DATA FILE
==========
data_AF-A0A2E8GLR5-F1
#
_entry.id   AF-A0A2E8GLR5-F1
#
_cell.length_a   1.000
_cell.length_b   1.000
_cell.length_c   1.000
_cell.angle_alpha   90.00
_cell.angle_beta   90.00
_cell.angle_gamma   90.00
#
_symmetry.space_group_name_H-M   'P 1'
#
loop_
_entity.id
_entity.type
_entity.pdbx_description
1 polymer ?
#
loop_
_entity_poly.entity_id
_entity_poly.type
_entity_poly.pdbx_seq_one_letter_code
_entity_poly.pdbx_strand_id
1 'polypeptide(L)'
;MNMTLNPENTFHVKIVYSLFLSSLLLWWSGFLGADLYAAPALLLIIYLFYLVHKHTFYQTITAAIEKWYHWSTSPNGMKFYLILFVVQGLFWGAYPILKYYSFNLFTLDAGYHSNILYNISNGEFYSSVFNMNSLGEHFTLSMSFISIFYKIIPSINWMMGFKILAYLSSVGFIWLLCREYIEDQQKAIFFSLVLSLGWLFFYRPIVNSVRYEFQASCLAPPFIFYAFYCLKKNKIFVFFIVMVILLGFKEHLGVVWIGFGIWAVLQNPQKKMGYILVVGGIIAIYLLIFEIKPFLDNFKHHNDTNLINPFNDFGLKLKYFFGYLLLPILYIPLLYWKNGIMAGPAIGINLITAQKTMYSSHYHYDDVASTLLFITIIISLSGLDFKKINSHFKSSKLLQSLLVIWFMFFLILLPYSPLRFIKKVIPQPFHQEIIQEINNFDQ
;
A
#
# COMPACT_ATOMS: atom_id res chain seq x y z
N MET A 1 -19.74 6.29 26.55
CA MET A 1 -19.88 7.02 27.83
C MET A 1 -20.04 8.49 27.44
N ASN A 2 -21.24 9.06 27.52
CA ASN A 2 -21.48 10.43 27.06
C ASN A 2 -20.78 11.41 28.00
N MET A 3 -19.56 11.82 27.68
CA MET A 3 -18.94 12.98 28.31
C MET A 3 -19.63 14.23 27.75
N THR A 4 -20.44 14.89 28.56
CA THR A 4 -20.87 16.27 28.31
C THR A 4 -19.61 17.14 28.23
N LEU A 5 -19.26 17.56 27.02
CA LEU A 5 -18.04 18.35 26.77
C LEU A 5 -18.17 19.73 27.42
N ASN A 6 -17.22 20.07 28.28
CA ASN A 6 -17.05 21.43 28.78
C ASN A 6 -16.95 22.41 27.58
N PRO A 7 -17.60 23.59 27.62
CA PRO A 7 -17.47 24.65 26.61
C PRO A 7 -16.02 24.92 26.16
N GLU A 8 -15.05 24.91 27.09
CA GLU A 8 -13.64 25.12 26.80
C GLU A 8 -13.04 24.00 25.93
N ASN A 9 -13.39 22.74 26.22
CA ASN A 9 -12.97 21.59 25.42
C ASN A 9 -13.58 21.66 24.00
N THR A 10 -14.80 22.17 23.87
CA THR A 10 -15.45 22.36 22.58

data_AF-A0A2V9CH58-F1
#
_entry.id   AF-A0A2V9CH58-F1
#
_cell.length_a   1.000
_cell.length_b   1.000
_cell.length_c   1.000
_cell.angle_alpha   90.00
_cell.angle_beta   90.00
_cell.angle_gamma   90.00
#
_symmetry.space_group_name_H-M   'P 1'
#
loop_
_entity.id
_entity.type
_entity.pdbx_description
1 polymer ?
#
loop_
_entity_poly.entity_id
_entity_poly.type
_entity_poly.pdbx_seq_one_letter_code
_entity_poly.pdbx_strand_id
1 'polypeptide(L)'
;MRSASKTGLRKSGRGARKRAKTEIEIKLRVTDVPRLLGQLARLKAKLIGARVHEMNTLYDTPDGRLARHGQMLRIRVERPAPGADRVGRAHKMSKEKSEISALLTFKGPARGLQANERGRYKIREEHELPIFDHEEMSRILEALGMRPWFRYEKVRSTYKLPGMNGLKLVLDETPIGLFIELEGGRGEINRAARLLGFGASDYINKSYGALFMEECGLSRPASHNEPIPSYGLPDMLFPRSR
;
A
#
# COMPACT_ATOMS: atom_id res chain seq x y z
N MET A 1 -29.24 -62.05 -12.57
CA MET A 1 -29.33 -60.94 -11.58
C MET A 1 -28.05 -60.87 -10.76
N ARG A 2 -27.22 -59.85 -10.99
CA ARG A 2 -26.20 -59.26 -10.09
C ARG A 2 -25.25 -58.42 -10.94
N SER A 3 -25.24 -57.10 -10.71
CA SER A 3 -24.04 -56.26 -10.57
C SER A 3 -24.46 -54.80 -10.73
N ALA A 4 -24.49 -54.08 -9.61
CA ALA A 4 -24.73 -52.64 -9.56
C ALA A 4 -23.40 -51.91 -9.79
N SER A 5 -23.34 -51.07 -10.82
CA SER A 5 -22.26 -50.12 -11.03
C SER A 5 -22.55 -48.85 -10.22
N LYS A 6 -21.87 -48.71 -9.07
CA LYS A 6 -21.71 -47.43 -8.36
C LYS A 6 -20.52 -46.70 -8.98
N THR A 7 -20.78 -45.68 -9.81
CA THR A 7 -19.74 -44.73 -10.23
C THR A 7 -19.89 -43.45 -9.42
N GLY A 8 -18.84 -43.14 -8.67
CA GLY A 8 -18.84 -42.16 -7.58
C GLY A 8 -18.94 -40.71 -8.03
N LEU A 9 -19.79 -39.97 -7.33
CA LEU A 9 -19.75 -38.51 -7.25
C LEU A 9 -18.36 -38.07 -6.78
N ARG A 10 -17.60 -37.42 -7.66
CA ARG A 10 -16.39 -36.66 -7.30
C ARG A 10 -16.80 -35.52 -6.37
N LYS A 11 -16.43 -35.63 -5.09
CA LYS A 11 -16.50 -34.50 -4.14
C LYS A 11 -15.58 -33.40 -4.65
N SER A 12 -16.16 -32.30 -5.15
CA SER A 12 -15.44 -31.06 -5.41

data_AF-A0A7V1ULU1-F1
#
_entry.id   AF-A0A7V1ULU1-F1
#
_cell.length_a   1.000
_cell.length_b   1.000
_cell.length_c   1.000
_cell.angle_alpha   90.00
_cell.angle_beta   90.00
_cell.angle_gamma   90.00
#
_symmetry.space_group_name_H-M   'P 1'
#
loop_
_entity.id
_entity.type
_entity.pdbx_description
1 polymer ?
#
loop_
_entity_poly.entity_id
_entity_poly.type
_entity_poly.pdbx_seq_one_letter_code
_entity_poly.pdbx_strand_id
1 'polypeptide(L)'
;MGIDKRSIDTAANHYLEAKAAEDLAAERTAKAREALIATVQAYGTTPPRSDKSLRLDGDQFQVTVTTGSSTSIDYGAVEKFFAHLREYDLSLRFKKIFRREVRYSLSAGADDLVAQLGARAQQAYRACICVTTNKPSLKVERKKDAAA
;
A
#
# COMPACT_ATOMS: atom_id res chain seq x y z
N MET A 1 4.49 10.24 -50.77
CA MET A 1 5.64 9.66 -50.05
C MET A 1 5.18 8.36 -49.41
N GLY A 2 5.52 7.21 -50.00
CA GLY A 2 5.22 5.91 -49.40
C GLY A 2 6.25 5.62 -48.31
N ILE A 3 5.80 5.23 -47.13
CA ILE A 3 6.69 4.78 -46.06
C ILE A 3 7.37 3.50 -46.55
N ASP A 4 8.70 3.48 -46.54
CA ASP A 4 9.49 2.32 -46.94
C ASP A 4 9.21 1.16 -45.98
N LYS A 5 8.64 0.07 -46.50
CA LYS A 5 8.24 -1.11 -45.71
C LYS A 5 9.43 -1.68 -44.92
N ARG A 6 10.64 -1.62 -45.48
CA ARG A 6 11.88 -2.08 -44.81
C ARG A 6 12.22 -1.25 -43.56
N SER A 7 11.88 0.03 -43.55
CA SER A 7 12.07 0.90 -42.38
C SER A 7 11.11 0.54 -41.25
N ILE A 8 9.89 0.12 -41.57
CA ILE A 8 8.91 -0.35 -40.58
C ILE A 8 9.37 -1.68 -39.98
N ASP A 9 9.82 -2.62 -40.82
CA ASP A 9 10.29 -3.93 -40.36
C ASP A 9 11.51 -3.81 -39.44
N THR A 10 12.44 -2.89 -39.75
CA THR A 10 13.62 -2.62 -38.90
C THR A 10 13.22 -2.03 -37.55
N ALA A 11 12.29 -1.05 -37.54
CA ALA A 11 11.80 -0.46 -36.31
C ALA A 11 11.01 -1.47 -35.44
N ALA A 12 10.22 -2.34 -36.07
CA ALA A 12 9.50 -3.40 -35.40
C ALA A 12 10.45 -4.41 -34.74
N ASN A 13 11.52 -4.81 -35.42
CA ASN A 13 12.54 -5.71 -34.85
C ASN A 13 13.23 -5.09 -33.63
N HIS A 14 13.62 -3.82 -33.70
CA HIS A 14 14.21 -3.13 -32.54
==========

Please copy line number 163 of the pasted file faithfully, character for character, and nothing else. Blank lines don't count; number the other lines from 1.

C ILE A 3 7.37 3.50 -46.55